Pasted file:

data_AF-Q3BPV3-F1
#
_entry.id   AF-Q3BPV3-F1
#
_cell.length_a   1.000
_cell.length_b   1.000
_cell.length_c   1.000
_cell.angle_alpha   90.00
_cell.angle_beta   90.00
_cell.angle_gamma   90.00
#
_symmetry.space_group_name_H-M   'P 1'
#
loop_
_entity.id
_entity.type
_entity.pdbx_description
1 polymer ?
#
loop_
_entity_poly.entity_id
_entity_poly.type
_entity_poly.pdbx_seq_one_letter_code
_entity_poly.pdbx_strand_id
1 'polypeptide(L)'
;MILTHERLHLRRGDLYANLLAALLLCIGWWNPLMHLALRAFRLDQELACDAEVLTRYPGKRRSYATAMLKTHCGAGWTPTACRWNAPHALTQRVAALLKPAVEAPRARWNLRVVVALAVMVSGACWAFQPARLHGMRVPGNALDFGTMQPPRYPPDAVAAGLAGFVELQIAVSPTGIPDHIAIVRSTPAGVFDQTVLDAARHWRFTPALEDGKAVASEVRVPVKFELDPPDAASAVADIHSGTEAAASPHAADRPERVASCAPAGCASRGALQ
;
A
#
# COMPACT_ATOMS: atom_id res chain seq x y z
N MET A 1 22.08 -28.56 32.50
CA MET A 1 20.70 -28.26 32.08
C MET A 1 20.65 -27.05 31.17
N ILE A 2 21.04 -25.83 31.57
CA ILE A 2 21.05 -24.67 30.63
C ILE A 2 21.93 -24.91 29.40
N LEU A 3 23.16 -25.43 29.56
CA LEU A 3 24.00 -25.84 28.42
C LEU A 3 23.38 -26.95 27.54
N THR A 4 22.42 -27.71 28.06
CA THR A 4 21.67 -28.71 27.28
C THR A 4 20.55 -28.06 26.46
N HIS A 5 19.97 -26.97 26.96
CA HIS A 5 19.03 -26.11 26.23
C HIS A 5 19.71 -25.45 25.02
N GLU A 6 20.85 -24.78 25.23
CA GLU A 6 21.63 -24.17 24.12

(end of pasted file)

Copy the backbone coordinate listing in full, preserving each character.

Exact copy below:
data_AF-Q3BPV3-F1
#
_entry.id   AF-Q3BPV3-F1
#
_cell.length_a   1.000
_cell.length_b   1.000
_cell.length_c   1.000
_cell.angle_alpha   90.00
_cell.angle_beta   90.00
_cell.angle_gamma   90.00
#
_symmetry.space_group_name_H-M   'P 1'
#
loop_
_entity.id
_entity.type
_entity.pdbx_description
1 polymer ?
#
loop_
_entity_poly.entity_id
_entity_poly.type
_entity_poly.pdbx_seq_one_letter_code
_entity_poly.pdbx_strand_id
1 'polypeptide(L)'
;MILTHERLHLRRGDLYANLLAALLLCIGWWNPLMHLALRAFRLDQELACDAEVLTRYPGKRRSYATAMLKTHCGAGWTPTACRWNAPHALTQRVAALLKPAVEAPRARWNLRVVVALAVMVSGACWAFQPARLHGMRVPGNALDFGTMQPPRYPPDAVAAGLAGFVELQIAVSPTGIPDHIAIVRSTPAGVFDQTVLDAARHWRFTPALEDGKAVASEVRVPVKFELDPPDAASAVADIHSGTEAAASPHAADRPERVASCAPAGCASRGALQ
;
A
#
# COMPACT_ATOMS: atom_id res chain seq x y z
N MET A 1 22.08 -28.56 32.50
CA MET A 1 20.70 -28.26 32.08
C MET A 1 20.65 -27.05 31.17
N ILE A 2 21.04 -25.83 31.57
CA ILE A 2 21.05 -24.67 30.63
C ILE A 2 21.93 -24.91 29.40
N LEU A 3 23.16 -25.43 29.56
CA LEU A 3 24.00 -25.84 28.42
C LEU A 3 23.38 -26.95 27.54
N THR A 4 22.42 -27.71 28.06
CA THR A 4 21.67 -28.71 27.28
C THR A 4 20.55 -28.06 26.46
N HIS A 5 19.97 -26.97 26.96
CA HIS A 5 19.03 -26.11 26.23
C HIS A 5 19.71 -25.45 25.02
N GLU A 6 20.85 -24.78 25.23
CA GLU A 6 21.63 -24.17 24.12